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Old 04-06-2003, 04:31 PM   #1
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Join Date: Nov 2002
Posts: 462
Lowering Methods and Information

I have seen some people ask about lowering and how to do this to their trucks. I thought I would forward my personal info on this topic.

Front End Lowering

For starters, I will cover only coil spring front suspensions. There are several methods to lower the front end of your truck. These are listed below:
1. Shortening the coils
2. Drop spindles
3. Drop lower a-arms
4. Adjustable coil-over conversion
5. Air Bags
6. Hydraulics

These are the most common methods to get the front end in the weeds. The last 3 methods offer the most versatility. Also remember that these methods can be combined to acheive final ride height. Don't forget to buy new shorter shocks for your truck after lowering!

First, shortening the coils can be accomplished in several ways. The coils can be heated, which will cause the coil to drop and lower the vehicle. This is done with vehicle at ride height with no supports. This is also the absolute WORST wasy to lower the front. The heat ruins the spring, bottomline.
Another way to shorten the coils is to cut the coils. To do this, the springs must be removed from the vehicle. Depending on your tastes, secure the coil and cut it to the desired length. It should be noted that you should only cut the MINIMUM amount off the coils because the ride will be affected alot if you cut too much. The spring rate does not get adjusted, and if too much is cut, then you will have a very "bouncy" ride to say the least. Best to cut only 1-2 coils.
A more expensive, but cleaner way to shorten the coils is to buy them. you will have new coils with desired ride height and also correct spring rate. These help to keep maximum ride quality.
Final note on shortening coils is that you will most likely need to have your alignment check and corrected after this procedure.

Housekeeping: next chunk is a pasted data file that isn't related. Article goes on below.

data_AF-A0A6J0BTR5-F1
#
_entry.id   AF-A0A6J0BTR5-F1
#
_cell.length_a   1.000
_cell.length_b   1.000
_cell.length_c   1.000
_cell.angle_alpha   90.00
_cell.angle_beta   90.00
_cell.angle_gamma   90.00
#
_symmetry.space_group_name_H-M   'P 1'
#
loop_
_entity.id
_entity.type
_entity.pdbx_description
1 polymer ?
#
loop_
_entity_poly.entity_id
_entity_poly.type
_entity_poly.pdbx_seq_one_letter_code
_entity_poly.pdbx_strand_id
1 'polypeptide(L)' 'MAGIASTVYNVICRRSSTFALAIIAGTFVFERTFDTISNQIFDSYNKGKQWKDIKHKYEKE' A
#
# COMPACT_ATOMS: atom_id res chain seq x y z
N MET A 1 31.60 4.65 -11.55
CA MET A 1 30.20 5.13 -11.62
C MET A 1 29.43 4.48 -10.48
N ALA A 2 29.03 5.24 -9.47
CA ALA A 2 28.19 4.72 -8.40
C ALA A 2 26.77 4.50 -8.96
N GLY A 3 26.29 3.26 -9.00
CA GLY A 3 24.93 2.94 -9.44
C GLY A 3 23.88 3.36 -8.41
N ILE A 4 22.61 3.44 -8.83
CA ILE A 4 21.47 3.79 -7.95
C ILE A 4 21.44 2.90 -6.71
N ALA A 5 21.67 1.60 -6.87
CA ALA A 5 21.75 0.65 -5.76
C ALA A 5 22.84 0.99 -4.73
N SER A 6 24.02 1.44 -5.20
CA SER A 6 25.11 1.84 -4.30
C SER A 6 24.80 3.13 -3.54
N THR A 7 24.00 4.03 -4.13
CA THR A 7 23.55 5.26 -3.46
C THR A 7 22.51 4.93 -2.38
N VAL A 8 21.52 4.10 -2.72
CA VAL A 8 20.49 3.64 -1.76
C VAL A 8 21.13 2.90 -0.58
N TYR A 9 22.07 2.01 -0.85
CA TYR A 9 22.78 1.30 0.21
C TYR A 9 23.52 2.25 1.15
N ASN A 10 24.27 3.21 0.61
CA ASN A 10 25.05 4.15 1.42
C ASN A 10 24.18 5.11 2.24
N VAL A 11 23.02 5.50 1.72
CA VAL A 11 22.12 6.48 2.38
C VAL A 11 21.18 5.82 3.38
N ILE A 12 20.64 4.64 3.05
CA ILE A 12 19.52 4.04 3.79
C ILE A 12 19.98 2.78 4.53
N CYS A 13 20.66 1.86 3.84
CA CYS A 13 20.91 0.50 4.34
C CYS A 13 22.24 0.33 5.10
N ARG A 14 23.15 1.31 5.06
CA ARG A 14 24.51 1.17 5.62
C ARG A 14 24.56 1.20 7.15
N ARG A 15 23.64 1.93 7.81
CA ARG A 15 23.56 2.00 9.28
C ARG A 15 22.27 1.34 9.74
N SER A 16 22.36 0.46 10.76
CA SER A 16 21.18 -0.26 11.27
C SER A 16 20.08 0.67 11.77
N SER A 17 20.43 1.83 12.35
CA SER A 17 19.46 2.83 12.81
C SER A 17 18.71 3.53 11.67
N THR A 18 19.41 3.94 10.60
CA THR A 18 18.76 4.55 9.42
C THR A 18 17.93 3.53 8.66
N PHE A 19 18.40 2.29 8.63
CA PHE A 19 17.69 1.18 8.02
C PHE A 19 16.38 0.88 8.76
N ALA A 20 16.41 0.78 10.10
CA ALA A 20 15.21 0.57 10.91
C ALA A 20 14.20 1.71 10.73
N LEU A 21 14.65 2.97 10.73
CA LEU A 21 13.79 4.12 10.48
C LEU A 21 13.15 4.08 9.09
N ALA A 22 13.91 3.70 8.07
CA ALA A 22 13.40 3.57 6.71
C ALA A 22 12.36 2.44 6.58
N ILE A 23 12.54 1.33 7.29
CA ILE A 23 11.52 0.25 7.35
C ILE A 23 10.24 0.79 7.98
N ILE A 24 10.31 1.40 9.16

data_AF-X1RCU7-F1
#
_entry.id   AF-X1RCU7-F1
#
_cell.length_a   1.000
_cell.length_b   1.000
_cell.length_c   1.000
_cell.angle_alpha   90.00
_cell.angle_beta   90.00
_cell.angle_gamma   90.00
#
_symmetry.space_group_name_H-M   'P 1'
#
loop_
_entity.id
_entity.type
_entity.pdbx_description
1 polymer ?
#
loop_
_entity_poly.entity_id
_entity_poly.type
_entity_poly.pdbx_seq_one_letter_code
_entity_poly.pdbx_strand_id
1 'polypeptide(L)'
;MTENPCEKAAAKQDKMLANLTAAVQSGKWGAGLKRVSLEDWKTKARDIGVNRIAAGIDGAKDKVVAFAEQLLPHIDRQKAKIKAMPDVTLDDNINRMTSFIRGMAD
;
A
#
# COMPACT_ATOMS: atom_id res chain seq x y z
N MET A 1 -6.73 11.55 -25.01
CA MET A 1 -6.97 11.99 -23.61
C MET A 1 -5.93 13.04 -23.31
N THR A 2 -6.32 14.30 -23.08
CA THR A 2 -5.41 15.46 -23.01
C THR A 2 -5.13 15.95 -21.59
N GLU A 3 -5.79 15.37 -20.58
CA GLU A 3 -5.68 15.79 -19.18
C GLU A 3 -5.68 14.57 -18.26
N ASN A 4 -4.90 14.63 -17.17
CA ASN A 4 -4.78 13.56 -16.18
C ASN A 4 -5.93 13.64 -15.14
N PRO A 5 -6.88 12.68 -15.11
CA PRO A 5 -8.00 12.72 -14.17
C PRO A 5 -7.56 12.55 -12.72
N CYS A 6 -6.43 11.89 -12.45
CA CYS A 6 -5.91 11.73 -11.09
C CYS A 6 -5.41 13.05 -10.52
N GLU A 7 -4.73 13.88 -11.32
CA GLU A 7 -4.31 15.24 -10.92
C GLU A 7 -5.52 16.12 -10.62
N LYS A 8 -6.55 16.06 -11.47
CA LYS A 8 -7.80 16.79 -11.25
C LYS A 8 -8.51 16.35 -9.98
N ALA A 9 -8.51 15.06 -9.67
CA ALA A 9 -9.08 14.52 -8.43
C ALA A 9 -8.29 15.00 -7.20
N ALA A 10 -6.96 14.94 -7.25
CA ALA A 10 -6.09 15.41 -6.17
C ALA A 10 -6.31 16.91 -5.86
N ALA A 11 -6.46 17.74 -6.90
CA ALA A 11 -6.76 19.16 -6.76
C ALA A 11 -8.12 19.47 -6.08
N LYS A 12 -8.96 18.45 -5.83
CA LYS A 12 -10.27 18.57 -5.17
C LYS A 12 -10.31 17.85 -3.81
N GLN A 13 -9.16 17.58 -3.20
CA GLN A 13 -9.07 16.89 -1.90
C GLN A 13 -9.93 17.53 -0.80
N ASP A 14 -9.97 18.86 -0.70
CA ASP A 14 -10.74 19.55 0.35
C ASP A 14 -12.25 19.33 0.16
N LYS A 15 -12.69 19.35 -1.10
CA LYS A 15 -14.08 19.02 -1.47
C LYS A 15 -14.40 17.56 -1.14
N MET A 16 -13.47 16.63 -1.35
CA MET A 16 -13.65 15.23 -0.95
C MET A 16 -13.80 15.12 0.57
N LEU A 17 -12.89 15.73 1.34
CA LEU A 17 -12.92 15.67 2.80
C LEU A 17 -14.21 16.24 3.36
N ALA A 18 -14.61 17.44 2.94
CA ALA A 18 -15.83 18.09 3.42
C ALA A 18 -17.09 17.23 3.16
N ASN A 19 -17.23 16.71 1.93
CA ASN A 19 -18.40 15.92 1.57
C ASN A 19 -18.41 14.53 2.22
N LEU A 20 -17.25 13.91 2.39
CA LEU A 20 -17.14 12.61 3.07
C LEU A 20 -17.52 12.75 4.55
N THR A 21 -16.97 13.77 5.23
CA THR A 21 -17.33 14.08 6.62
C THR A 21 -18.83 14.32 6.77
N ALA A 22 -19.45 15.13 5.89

Drop spindles are a great way to remove 2-3 inches off of your ride height. These are also more expensive. This requires a bit of work on your part because there is a lot of pieces that need to be removed and unbolted to finish this task. However, this is a great "bolt-on" way to drop your truck. Requires no alterations and no alignment. Simple swap out and you're done!

Dropped lower A-arms have the spring cup lowered so tht the spring sits lower overall. It allows extra travel for the original spring and hence, the front is lowered. Just remove the old a-arm and replace it with the new one. Requires some work on your part, but the end results are good. These are also on the pricey side. Best to have alignment checked afterwards.

Coil-overs have been around awhile, but not too many are seen in trucks as are "car" hot rods. These are a great replacement for the original spring and shock. Plus, the coil-overs have a built-in adjustment for ride height, so if you want to give itan extra drop, you can use the special wrench and it's done. These are very pricey, but very nice as they are usually chrome/aluminum and polished for show. Not available for all types, but more kits are coming out, GM kits are already available.